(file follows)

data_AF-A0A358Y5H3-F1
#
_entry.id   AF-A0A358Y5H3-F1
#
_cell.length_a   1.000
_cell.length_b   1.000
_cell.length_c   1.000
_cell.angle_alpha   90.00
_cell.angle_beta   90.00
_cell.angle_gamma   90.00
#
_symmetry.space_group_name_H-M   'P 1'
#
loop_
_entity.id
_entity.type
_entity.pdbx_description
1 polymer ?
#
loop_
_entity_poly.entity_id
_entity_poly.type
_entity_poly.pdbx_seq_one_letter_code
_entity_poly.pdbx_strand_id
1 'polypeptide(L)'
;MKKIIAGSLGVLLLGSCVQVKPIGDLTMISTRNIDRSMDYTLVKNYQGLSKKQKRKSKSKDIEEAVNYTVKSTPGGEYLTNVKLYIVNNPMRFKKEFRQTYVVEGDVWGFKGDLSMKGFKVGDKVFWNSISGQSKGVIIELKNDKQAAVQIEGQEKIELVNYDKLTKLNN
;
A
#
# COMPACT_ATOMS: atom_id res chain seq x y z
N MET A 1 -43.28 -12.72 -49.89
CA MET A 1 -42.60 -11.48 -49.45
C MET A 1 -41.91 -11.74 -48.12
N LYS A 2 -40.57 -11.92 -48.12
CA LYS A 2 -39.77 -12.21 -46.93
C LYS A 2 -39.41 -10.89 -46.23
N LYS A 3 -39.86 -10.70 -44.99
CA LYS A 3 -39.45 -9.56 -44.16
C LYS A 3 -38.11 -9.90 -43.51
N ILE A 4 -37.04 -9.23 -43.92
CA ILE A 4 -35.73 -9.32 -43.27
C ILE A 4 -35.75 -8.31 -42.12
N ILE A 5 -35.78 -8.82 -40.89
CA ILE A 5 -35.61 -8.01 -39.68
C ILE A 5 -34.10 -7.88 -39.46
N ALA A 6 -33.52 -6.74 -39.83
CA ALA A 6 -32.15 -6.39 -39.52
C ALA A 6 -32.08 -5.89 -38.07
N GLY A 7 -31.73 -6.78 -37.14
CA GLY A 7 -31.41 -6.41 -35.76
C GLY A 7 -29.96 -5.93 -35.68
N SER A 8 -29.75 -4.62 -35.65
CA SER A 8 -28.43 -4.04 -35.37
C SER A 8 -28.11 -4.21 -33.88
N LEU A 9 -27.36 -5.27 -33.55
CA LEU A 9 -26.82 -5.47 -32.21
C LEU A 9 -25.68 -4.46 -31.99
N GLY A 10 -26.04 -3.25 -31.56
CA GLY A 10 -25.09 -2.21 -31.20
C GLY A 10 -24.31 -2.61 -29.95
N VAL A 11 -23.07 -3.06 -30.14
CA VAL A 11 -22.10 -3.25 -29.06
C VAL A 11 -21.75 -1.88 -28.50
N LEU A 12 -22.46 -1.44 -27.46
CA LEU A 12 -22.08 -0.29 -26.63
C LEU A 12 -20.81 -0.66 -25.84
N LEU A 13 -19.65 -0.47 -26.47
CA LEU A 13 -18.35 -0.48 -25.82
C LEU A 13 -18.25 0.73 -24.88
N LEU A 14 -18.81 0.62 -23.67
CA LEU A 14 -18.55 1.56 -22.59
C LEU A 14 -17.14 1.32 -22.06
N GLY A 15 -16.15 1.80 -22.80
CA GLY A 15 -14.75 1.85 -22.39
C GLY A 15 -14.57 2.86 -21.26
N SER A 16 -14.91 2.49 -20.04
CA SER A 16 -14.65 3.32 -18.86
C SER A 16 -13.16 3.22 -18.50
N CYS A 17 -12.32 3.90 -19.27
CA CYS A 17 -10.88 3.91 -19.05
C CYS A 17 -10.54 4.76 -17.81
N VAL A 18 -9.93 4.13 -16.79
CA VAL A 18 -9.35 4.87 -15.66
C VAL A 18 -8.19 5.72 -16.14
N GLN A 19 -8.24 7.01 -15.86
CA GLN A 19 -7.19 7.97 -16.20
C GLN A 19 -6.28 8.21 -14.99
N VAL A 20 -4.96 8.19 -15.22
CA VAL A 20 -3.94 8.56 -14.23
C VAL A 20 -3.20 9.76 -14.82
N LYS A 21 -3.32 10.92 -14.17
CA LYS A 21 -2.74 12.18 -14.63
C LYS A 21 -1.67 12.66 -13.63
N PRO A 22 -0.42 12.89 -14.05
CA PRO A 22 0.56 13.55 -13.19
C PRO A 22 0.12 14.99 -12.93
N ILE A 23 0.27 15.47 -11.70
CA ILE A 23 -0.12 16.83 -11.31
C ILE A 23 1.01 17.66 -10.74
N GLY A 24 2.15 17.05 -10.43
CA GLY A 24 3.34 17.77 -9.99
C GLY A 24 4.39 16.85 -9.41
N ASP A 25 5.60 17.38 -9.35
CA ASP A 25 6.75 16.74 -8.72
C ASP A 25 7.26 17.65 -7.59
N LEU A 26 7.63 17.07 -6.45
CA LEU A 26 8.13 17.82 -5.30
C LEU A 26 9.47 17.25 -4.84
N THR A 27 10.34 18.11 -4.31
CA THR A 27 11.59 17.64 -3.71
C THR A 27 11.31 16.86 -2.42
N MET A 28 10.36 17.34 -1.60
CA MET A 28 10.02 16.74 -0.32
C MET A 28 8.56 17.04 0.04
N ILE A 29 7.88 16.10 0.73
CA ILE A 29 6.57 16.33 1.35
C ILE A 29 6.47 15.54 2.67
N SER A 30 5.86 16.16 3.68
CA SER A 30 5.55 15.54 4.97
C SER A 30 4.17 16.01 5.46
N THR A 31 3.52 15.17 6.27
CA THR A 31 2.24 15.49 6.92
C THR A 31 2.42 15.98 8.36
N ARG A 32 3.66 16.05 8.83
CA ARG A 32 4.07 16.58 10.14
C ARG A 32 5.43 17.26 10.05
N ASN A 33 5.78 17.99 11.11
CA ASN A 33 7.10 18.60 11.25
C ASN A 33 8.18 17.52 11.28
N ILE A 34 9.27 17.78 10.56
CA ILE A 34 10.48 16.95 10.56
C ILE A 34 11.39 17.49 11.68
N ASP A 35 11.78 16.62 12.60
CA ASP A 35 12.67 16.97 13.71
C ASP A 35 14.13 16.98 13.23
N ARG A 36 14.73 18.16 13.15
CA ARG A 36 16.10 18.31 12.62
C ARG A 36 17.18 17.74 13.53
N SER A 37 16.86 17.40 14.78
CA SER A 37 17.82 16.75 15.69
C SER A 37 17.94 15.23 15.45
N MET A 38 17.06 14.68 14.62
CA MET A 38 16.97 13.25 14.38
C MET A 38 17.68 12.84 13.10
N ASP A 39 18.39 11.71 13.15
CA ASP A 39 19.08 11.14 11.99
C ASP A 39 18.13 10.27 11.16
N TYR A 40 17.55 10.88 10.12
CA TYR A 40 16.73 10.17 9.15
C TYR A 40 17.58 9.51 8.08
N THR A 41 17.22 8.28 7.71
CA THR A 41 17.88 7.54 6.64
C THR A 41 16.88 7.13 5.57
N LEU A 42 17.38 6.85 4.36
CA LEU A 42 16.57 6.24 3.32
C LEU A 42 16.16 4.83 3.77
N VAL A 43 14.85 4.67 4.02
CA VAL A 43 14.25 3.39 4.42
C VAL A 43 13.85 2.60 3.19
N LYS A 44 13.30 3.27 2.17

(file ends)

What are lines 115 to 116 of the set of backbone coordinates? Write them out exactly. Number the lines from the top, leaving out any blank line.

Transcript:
N ILE A 29 7.88 16.10 0.73
CA ILE A 29 6.57 16.33 1.35